Daniel Levine: One of the things I found particularly impressive about this is that you’re not just throwing this out to people and saying, “Hey, do the best you can.” You actually have what you’re calling support navigators. What is a support navigator? What is the role they play?
Ashley Pounders: Yeah, that’s the whole thing. As the TSC Alliance, we are in it for the long haul. We’re not just here to support you at the beginning of a diagnosis, or if something unfortunate happened. We are here no matter what, and having support navigators, I think, really highlights Kari’s dedication, as well as the rest of the team, to put these individuals in place so that we can develop a topic. We can develop content and we can educate them. But then, we take it a step farther by saying, okay, if you’re still having these issues, let’s connect with an individual who has expertise in these different areas. The staff is so robust at the TSC Alliance that we’re really able to cover a very broad range of resources, so it’s really just to highlight and get them connected as quick as possible to somebody who can be there and be a sounding board. And it might not be anything, it might just be, “I just need someone to listen to me because I’m the only one here in my entire community that understands this.” I just want to make sure that I don’t have to explain that to everybody, so I think that’s really powerful to the community.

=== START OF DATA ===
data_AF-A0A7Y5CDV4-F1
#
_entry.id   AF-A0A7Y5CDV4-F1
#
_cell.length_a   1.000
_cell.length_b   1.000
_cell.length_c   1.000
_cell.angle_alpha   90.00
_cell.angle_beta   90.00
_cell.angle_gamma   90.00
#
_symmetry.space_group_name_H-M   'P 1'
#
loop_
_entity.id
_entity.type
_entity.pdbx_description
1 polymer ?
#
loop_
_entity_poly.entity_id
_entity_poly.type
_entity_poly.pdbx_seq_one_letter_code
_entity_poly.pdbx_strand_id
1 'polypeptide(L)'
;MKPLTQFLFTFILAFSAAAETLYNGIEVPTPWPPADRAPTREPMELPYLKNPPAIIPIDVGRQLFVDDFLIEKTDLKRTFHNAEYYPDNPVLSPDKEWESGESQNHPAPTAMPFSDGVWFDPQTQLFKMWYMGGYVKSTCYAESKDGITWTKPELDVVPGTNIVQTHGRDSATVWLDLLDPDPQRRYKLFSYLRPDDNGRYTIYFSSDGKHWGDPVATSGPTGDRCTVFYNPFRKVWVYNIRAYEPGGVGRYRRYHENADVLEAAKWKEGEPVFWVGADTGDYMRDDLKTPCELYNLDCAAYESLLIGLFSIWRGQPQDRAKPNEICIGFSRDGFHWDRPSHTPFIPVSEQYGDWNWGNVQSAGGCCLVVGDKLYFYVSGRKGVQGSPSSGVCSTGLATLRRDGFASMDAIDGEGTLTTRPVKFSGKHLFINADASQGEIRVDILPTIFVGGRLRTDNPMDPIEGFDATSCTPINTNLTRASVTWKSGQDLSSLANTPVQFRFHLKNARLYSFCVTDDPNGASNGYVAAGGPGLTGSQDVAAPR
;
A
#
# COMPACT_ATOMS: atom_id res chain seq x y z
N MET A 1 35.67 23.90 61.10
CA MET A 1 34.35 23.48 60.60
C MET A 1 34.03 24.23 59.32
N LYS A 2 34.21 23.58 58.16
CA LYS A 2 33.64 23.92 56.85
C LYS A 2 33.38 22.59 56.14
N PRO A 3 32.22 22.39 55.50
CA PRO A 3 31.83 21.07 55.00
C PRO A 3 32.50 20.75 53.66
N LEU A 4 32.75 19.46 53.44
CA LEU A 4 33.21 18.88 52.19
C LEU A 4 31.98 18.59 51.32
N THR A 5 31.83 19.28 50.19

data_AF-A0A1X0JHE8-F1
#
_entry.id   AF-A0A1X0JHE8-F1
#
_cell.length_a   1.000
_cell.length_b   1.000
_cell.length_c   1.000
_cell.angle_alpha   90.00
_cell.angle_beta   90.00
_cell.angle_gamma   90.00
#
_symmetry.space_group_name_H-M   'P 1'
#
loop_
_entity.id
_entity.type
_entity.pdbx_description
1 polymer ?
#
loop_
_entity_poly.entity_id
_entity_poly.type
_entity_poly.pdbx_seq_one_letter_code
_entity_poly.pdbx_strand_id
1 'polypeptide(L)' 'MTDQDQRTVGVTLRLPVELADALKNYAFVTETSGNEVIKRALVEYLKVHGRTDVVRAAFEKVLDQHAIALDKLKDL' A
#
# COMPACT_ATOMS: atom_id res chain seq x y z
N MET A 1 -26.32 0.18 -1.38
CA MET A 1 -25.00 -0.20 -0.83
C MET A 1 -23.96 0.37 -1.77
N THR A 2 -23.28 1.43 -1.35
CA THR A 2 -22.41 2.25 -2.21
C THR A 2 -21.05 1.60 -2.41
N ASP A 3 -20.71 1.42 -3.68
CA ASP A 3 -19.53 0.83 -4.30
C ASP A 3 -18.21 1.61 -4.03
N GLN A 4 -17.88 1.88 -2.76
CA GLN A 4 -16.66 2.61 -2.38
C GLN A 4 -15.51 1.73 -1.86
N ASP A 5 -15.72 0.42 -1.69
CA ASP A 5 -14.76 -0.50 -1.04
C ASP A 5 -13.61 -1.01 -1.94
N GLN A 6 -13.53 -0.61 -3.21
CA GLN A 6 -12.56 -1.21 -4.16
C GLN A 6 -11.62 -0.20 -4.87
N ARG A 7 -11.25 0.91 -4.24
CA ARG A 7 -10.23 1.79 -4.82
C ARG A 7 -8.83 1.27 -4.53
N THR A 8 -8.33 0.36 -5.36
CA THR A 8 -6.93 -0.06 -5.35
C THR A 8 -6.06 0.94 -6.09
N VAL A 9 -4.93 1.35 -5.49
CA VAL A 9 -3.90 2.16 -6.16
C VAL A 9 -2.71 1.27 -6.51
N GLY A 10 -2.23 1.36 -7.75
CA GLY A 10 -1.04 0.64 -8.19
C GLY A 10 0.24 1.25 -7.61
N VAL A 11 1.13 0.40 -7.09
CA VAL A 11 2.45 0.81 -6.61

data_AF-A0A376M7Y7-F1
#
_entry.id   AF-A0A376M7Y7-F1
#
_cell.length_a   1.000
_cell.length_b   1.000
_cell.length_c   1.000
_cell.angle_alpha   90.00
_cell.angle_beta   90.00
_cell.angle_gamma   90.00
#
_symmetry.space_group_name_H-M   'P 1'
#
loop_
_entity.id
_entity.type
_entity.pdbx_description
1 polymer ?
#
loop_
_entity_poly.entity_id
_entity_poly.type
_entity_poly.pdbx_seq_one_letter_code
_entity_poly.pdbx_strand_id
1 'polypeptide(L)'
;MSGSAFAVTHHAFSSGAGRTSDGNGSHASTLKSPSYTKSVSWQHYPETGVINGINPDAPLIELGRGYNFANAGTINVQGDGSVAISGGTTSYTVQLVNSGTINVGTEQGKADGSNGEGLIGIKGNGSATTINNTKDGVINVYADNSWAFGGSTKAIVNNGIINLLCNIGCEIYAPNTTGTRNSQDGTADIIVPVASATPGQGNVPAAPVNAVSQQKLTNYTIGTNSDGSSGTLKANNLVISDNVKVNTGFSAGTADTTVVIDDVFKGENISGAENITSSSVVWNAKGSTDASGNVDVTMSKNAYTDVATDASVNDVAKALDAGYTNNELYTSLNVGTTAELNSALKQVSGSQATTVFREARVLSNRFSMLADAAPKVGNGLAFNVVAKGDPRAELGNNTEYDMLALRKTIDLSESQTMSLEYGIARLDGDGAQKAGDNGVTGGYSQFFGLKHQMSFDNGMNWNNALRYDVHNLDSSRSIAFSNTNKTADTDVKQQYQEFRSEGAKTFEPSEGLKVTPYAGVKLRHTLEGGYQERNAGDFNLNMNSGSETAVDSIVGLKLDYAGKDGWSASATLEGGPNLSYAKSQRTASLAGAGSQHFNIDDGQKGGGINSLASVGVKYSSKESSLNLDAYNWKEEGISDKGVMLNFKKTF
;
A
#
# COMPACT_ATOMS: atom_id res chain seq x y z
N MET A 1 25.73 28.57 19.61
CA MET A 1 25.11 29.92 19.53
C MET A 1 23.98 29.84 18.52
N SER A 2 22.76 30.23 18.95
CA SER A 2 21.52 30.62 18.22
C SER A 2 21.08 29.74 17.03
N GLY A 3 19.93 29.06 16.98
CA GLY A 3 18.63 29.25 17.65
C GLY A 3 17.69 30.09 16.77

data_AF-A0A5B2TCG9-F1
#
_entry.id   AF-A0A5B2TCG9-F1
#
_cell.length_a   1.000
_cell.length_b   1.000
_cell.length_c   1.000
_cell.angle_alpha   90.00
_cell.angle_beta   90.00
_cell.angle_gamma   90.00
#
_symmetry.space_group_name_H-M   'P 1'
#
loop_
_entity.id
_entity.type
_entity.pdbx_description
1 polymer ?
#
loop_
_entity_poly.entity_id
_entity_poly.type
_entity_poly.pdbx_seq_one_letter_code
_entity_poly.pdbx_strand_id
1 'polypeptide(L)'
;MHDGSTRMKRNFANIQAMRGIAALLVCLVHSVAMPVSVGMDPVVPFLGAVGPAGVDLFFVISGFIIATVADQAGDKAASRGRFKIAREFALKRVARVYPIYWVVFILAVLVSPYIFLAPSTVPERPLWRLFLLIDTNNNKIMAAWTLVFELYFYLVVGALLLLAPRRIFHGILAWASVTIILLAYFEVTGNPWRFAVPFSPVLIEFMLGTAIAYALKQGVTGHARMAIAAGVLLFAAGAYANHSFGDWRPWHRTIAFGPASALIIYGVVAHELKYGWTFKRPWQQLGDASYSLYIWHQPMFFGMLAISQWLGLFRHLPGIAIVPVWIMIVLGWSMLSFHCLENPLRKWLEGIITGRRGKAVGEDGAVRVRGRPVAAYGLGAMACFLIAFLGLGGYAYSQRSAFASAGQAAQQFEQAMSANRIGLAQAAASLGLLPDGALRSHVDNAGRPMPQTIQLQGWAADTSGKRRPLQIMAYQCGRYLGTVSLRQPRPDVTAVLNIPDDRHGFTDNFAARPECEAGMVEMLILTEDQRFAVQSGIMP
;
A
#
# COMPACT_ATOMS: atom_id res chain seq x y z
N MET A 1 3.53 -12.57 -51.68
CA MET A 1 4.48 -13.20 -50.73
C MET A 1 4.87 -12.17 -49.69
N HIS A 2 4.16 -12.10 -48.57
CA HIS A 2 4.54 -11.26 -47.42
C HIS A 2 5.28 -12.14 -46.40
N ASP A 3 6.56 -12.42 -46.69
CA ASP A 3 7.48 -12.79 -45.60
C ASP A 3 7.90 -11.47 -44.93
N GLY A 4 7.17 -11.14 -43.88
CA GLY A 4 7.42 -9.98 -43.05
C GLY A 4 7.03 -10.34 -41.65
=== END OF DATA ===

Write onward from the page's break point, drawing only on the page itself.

Daniel Levine: Well, I should note that Ashley is one of the support navigators. This seems like it could be potentially time-intensive and very high touch. Have you had people use the feature and what’s it like to work with them if you’ve had that experience?
Ashley Pounders: Yeah. So, we have been able to connect and help individuals. And the thing I like best about the navigator is it sets the user, as the individual, to already have their first action steps to mitigate an issue or experience the journey and be able to ask questions. And then once you get connected to a navigator, you have content to really discuss and it really helps streamline and expedite any issues or concerns that have happened. So, by the time they make it to me, I already know what has already been done or where they are at in the process to overall just meet them where they are quicker and be able to deliver on whatever issue they’re experiencing.
Daniel Levine: What’s been the response from the TSC community.
Kari Rosbeck: The response has been tremendous. The very first day we had over 1400 users on TSC navigator. This obviously has been a tool that’s been much needed in our community for a long time. I mentioned early on that we have two FDA approved treatments; both require prior authorizations. One has lost exclusivity. So having the ability to have tools at your fingertips to know what to do to fight denials is so important. And I think it just meets so many unmet needs in our community in terms of walking people through the journey and is far less intimidating than just going to a website. It really is like taking somebody’s hand and walking them through the TSC journey.